At one time or another, most people have dreamed of being their own boss, running their own business. Connecticut has been a hotbed of that kind of thinking; Sam Colt and his revolver, Eli Whitney and his cotton gin, Igor Sikorsky and Charles Kaman and their helicopters, even Louis’ Lunch and the hamburger.
Given the uncertainties of today’s economy, there might even be more people thinking of striking out on their own but wondering if they can, or should, do it. And, given the current financial crisis that has hit many people so hard, others may be hesitant to make such a move right now.
Any start-up business is a risky endeavor. But, with proper planning, risk can be minimized. Some businesses can be operated from home. A service business can be capitalized with less money as there is no need to invest in inventory. Delivery services require no fixed rent and utilities to pay, although the cost of fuel and a vehicle are significant factors.
Connecticut is a highly regulated state. It might seem that you need an army of lawyers, accountants and consultants. Does this mean that ordinary citizens cannot start a new business without submitting to a complex and costly bureaucratic process?
Happily, the answer is no.
Unless a business license, permit, or some sort of regulatory approval is required (for example, a beautician, a plumber, a stockbroker, or a liquor store owner) and/or multiple investors are involved, most people can start a small business by simply following the following steps:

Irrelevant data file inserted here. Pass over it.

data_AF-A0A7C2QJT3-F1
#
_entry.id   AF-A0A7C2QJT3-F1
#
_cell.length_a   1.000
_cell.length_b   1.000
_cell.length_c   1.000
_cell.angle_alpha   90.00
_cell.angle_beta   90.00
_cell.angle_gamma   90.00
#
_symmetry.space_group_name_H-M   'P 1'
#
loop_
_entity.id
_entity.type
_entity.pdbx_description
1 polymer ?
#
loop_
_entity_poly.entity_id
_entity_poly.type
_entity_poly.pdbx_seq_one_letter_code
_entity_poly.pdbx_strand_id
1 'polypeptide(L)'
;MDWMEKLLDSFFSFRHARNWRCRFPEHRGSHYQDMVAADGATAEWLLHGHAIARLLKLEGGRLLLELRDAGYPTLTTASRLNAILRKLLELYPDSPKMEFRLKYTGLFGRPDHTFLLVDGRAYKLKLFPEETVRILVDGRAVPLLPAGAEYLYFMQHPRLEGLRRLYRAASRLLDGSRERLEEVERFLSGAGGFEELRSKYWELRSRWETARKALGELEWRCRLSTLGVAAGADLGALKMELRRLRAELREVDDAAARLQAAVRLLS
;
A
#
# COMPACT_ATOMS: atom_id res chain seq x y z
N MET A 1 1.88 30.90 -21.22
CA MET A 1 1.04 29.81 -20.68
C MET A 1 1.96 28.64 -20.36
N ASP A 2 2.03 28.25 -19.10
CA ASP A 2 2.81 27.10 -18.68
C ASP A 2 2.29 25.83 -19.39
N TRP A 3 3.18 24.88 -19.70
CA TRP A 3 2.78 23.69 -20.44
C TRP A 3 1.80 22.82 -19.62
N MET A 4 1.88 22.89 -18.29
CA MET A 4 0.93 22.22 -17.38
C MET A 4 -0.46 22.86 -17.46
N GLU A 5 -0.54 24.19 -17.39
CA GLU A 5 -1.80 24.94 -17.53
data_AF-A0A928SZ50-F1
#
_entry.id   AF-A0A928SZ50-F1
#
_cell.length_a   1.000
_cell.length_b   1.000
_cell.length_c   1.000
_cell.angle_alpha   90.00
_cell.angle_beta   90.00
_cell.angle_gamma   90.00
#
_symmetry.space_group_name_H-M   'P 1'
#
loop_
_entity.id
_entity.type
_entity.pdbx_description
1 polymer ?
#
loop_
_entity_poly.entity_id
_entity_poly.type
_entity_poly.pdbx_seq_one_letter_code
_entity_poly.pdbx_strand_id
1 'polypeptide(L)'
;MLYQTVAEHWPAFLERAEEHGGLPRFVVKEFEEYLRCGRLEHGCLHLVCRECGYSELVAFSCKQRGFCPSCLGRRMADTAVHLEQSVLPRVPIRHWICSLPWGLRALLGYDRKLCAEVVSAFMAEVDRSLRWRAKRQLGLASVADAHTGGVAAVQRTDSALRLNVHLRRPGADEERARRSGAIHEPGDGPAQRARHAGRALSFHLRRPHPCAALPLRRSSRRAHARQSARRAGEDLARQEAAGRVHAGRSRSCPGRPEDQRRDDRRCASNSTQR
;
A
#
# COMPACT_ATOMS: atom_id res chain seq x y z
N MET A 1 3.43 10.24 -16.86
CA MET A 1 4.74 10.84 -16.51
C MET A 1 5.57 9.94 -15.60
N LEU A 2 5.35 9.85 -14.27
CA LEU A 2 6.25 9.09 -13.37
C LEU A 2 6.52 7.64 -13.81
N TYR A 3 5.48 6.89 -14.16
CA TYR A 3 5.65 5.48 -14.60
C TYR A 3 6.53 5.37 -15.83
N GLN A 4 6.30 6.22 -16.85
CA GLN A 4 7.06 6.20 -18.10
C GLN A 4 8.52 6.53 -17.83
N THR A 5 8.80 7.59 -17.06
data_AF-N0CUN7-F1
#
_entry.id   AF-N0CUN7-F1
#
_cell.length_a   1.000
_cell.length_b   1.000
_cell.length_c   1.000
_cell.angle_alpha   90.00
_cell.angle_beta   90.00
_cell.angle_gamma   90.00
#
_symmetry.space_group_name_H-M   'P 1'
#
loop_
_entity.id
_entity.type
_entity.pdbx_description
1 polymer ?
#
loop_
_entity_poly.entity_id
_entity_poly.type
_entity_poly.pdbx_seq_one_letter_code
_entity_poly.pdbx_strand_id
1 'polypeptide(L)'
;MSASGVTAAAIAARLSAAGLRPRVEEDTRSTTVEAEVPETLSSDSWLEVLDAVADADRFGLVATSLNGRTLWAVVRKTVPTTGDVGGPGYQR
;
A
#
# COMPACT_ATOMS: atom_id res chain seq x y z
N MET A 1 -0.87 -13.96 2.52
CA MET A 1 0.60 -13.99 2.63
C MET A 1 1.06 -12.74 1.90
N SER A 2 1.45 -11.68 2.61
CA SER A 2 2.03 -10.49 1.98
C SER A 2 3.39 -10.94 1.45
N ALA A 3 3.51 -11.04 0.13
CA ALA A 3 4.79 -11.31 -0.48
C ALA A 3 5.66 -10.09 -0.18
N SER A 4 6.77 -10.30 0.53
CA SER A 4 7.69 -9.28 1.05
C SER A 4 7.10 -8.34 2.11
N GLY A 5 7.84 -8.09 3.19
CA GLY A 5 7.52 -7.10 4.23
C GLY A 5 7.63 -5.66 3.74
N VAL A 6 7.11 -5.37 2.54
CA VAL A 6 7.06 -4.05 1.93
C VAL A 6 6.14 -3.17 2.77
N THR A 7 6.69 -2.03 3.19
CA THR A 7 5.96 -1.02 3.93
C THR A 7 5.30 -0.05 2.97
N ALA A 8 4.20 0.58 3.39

1. Select a name. You can use your own name or a trade name. If the name is fictitious (i.e., Cut and Trim Landscaping), you must file a trade name certificate in the town in which you conduct business. The fee is as little as $5.
2. Apply for a Sales Tax identification number from the Department of Revenue Services. Telephone number (860) 297-5962.
3. If you are sole proprietor, you can use your social security number. You will need to file a Schedule C with your 1040 Income Tax Return.
4. If you decide to form a single member limited liability company (“LLC”), you can go online to www.sots.ct.gov and download the form entitled Articles of Organization. It is a one page document that is easy to complete. The filing fee is $60. If you are a single member LLC with no employees, you do not need a Federal Tax Identification number. Otherwise, you do. Go on line to www.irs.gov and download the application for a Federal Tax I.D. number. There are instructions available to help you prepare the application.
5. Buy some business cards and letterhead or, if you know how, print your own on your computer.
6. If you plan to work from home, check with the Town Planner in your town to make sure you are in compliance. For example, unless your residence is in the proper zone, you will not be able to operate a retail business from your home.
7. If you expect to operate from a store, office or industrial facility, you should have legal assistance, unless you can rent month to month or can negotiate a short term lease.
8. You should contact an insurance agent to obtain liability and comprehensive insurance, and, if you have employees, worker’s compensation insurance. There are other coverages available, such as products liability and business interruption, so check with your agent.
9. You should arrange to have sufficient operating capital to pay for three to six months of operating expenses until you can break even or start making profits. Some businesses require additional operating capital.
These general guidelines should be more than enough to get anyone started and on their way towards that goal of owning and operating a small business. Oftentimes in these ventures, the biggest stumbling block comes in worrying if such an idea is simply too difficult and too large for one person to pursue. With these helpful hints, though, hopefully it can be made clear to anyone that the dream of being your own boss may be closer than you think.
For more information, please contact Attorney David A. Baram.